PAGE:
Mock Disciplinary Appeal Board Hearing

754 WordsNov 7, 20154 Pages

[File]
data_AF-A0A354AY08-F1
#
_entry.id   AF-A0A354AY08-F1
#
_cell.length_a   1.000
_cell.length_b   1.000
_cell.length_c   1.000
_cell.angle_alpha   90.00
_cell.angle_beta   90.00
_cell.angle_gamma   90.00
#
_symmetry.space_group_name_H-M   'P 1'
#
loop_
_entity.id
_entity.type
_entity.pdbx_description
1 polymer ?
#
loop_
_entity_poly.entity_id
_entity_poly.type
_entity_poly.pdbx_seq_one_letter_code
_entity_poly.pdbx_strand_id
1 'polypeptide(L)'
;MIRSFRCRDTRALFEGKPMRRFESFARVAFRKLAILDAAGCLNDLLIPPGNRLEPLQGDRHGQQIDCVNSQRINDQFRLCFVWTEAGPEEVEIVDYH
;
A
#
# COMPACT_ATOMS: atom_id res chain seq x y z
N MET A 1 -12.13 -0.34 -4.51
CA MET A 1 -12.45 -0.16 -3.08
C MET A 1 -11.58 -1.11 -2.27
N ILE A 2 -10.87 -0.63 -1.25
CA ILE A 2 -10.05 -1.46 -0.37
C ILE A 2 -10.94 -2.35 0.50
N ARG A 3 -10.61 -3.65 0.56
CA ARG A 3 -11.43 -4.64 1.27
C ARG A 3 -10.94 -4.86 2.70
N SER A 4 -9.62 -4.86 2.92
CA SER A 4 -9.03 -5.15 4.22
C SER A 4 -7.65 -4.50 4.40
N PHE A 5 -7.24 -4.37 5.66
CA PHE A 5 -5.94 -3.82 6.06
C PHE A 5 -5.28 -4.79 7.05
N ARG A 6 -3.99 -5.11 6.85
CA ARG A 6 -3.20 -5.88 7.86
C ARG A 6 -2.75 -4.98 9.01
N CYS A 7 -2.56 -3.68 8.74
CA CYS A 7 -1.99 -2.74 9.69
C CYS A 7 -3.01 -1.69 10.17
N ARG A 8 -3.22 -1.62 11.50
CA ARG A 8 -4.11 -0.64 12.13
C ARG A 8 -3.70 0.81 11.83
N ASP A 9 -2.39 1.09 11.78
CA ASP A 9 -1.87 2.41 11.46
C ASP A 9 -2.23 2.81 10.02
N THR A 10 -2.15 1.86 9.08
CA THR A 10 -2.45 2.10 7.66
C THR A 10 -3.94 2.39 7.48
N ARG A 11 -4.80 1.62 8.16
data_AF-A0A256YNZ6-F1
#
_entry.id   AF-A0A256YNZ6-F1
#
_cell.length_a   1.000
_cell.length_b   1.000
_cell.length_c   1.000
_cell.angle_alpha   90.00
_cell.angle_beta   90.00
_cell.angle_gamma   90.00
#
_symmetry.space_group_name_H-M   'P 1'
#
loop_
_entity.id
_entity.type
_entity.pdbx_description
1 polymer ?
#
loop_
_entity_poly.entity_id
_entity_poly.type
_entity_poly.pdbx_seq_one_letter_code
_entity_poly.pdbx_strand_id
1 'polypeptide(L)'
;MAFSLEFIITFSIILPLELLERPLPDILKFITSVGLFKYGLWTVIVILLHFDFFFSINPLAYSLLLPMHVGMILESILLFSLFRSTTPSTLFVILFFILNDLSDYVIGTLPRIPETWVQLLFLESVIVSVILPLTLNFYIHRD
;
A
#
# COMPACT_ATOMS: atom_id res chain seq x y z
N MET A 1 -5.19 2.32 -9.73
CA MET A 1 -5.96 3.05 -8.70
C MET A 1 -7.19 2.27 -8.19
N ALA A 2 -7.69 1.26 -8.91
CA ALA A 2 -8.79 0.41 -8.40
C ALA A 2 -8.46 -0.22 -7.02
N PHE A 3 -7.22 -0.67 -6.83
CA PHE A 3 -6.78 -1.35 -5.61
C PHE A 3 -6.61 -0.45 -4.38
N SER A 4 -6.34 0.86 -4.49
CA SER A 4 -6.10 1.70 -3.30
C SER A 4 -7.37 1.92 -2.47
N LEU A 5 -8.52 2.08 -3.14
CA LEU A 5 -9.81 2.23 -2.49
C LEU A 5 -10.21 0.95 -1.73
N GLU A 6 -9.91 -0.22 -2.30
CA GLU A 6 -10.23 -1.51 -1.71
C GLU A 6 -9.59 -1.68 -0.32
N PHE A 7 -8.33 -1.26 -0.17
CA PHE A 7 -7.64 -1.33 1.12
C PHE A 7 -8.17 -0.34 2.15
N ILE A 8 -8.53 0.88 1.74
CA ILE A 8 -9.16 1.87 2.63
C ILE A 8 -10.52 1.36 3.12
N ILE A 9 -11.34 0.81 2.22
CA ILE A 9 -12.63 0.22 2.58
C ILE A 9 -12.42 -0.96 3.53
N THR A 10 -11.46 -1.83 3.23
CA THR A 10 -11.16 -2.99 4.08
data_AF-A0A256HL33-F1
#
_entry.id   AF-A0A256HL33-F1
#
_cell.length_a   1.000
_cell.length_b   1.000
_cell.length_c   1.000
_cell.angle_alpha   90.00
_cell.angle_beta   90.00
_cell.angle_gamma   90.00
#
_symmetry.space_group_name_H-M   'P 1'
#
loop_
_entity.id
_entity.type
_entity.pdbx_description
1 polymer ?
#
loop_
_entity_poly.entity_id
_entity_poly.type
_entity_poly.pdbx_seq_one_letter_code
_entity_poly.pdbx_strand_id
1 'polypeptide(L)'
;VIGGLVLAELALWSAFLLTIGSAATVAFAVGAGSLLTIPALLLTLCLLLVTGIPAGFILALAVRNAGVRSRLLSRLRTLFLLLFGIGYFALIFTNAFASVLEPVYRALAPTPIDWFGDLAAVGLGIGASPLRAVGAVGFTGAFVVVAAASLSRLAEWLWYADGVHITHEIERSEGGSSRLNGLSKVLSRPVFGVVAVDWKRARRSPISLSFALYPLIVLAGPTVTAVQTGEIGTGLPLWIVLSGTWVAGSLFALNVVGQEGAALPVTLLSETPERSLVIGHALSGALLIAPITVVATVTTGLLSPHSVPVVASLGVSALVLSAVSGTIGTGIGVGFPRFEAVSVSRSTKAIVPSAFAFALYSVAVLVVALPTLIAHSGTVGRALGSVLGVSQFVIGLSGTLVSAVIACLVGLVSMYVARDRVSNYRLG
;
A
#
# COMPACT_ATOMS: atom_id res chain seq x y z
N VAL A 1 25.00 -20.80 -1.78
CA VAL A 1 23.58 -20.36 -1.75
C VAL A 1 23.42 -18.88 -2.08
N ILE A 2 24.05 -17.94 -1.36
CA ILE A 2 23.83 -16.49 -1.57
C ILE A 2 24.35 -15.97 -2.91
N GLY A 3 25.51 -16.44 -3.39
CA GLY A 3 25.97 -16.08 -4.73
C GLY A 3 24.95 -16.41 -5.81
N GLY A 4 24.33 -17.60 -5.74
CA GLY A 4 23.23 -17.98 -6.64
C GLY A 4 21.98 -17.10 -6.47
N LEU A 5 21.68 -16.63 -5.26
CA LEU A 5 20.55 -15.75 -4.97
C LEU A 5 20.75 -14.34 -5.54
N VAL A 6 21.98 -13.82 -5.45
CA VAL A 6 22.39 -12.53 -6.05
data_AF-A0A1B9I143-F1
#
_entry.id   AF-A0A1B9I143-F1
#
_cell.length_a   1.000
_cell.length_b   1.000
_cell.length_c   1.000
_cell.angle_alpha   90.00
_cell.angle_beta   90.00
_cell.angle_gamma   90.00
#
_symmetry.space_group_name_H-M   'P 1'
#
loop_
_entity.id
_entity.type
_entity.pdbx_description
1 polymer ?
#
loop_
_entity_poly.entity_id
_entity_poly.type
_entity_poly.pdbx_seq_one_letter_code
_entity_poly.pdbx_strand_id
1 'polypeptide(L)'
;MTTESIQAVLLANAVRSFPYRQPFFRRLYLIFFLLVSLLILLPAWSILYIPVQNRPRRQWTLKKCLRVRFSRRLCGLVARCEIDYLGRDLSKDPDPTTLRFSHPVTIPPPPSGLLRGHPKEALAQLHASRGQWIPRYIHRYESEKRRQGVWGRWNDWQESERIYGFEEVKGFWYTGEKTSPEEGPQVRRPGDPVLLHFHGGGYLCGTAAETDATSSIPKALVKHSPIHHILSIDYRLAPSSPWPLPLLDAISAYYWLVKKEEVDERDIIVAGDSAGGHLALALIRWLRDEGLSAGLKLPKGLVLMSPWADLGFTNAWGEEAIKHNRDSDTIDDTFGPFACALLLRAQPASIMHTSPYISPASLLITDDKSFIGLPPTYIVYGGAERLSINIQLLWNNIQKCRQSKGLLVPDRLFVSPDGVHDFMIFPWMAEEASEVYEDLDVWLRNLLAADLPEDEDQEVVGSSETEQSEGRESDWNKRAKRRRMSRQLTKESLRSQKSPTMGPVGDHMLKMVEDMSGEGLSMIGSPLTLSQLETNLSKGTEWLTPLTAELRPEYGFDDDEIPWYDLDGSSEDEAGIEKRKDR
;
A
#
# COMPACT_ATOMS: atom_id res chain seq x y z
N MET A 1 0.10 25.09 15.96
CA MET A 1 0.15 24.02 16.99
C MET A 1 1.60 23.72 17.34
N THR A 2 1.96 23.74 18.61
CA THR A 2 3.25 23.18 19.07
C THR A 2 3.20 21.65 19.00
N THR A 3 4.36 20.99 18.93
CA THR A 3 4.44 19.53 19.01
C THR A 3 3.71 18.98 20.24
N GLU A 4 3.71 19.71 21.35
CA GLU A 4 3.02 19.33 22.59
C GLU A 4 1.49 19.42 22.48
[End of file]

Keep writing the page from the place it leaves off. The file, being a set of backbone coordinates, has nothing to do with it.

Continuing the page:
I enjoyed reading the mock disciplinary appeal board hearing, and thought it was very consistent with most hearings and ultimately fair. As I read through the hearing I found myself moving from guilty to not guilty. As they say, there are two sides to every story. In this case there were too many uncertainties; things that couldn’t be proven. Looking at the process, I thought it was fair and the hearing examiner seemed unbiased and gave each side equal time and consideration. As far as the ruling, as I had alluded to, I would find him not guilty. However, not knowing their policies, there may be violations that need addressed, but I would not uphold the termination based on what was presented in this hearing. I would also reinstate him to his prior position with back pay. As we say about criminal cases, not guilty doesn’t mean they’re innocent, it simply means there’s not enough evidence to find them guilty. Looking at this hearing in comparison to the described disciplinary process outlined in the 2015 Ohio Civil Service Employees Association (OCSEA) Contract, I see little difference. Of course, discipline can take many different routes. This being a termination case, they typically streamline the process, moving it to the appeal board hearing at an accelerated pace. This too is a large part of the contract negotiations. If you look through the OCSEA contract, you will see many areas that address time limits. This is due to the understanding that discipline should be just

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